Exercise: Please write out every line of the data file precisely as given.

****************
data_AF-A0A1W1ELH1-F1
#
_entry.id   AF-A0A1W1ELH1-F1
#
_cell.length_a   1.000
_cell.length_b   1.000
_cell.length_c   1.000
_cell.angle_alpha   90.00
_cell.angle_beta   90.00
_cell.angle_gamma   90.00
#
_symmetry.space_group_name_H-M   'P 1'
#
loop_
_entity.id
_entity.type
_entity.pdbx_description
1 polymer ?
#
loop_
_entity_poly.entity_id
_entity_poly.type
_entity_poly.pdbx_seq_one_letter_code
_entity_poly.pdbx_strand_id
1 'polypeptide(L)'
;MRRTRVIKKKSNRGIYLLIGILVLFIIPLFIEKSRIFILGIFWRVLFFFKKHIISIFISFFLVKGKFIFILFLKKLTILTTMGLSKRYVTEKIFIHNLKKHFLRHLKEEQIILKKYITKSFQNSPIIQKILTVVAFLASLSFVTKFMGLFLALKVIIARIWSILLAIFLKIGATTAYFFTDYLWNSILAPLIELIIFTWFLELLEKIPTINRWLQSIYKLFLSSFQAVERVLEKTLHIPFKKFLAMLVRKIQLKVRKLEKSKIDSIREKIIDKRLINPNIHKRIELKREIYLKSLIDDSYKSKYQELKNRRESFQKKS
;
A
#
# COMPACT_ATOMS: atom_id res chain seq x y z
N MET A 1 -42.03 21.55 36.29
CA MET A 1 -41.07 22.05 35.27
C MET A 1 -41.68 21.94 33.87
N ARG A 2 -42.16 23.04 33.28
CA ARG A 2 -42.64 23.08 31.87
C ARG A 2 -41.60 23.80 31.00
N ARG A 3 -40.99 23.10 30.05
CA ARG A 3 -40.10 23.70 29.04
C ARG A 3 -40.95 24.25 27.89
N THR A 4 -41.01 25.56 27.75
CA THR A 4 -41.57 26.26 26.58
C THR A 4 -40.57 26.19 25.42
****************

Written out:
data_AF-A0A1W1ELH1-F1
#
_entry.id   AF-A0A1W1ELH1-F1
#
_cell.length_a   1.000
_cell.length_b   1.000
_cell.length_c   1.000
_cell.angle_alpha   90.00
_cell.angle_beta   90.00
_cell.angle_gamma   90.00
#
_symmetry.space_group_name_H-M   'P 1'
#
loop_
_entity.id
_entity.type
_entity.pdbx_description
1 polymer ?
#
loop_
_entity_poly.entity_id
_entity_poly.type
_entity_poly.pdbx_seq_one_letter_code
_entity_poly.pdbx_strand_id
1 'polypeptide(L)'
;MRRTRVIKKKSNRGIYLLIGILVLFIIPLFIEKSRIFILGIFWRVLFFFKKHIISIFISFFLVKGKFIFILFLKKLTILTTMGLSKRYVTEKIFIHNLKKHFLRHLKEEQIILKKYITKSFQNSPIIQKILTVVAFLASLSFVTKFMGLFLALKVIIARIWSILLAIFLKIGATTAYFFTDYLWNSILAPLIELIIFTWFLELLEKIPTINRWLQSIYKLFLSSFQAVERVLEKTLHIPFKKFLAMLVRKIQLKVRKLEKSKIDSIREKIIDKRLINPNIHKRIELKREIYLKSLIDDSYKSKYQELKNRRESFQKKS
;
A
#
# COMPACT_ATOMS: atom_id res chain seq x y z
N MET A 1 -42.03 21.55 36.29
CA MET A 1 -41.07 22.05 35.27
C MET A 1 -41.68 21.94 33.87
N ARG A 2 -42.16 23.04 33.28
CA ARG A 2 -42.64 23.08 31.87
C ARG A 2 -41.60 23.80 31.00
N ARG A 3 -40.99 23.10 30.05
CA ARG A 3 -40.10 23.70 29.04
C ARG A 3 -40.95 24.25 27.89
N THR A 4 -41.01 25.56 27.75
CA THR A 4 -41.57 26.26 26.58
C THR A 4 -40.57 26.19 25.42